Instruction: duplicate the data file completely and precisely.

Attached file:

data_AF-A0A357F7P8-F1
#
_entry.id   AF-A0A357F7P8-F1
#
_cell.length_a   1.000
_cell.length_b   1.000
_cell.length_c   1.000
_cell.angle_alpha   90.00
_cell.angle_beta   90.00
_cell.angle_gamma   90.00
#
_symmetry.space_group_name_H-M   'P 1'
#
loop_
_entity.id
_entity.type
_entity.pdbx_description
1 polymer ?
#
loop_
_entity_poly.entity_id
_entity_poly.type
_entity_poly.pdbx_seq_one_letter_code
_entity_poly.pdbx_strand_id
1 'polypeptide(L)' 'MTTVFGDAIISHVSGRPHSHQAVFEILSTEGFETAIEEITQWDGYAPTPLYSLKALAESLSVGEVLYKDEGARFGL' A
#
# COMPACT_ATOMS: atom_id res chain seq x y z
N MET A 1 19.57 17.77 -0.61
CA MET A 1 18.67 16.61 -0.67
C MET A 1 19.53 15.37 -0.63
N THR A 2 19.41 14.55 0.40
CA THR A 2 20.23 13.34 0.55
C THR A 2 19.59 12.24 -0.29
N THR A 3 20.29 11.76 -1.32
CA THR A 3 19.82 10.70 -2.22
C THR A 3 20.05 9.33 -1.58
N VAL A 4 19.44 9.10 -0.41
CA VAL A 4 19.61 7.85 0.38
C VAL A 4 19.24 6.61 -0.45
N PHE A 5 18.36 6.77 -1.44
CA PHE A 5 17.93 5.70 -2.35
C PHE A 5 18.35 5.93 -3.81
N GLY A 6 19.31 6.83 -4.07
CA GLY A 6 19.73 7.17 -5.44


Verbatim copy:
data_AF-A0A357F7P8-F1
#
_entry.id   AF-A0A357F7P8-F1
#
_cell.length_a   1.000
_cell.length_b   1.000
_cell.length_c   1.000
_cell.angle_alpha   90.00
_cell.angle_beta   90.00
_cell.angle_gamma   90.00
#
_symmetry.space_group_name_H-M   'P 1'
#
loop_
_entity.id
_entity.type
_entity.pdbx_description
1 polymer ?
#
loop_
_entity_poly.entity_id
_entity_poly.type
_entity_poly.pdbx_seq_one_letter_code
_entity_poly.pdbx_strand_id
1 'polypeptide(L)' 'MTTVFGDAIISHVSGRPHSHQAVFEILSTEGFETAIEEITQWDGYAPTPLYSLKALAESLSVGEVLYKDEGARFGL' A
#
# COMPACT_ATOMS: atom_id res chain seq x y z
N MET A 1 19.57 17.77 -0.61
CA MET A 1 18.67 16.61 -0.67
C MET A 1 19.53 15.37 -0.63
N THR A 2 19.41 14.55 0.40
CA THR A 2 20.23 13.34 0.55
C THR A 2 19.59 12.24 -0.29
N THR A 3 20.29 11.76 -1.32
CA THR A 3 19.82 10.70 -2.22
C THR A 3 20.05 9.33 -1.58
N VAL A 4 19.44 9.10 -0.41
CA VAL A 4 19.61 7.85 0.38
C VAL A 4 19.24 6.61 -0.45
N PHE A 5 18.36 6.77 -1.44
CA PHE A 5 17.93 5.70 -2.35
C PHE A 5 18.35 5.93 -3.81
N GLY A 6 19.31 6.83 -4.07
CA GLY A 6 19.73 7.17 -5.44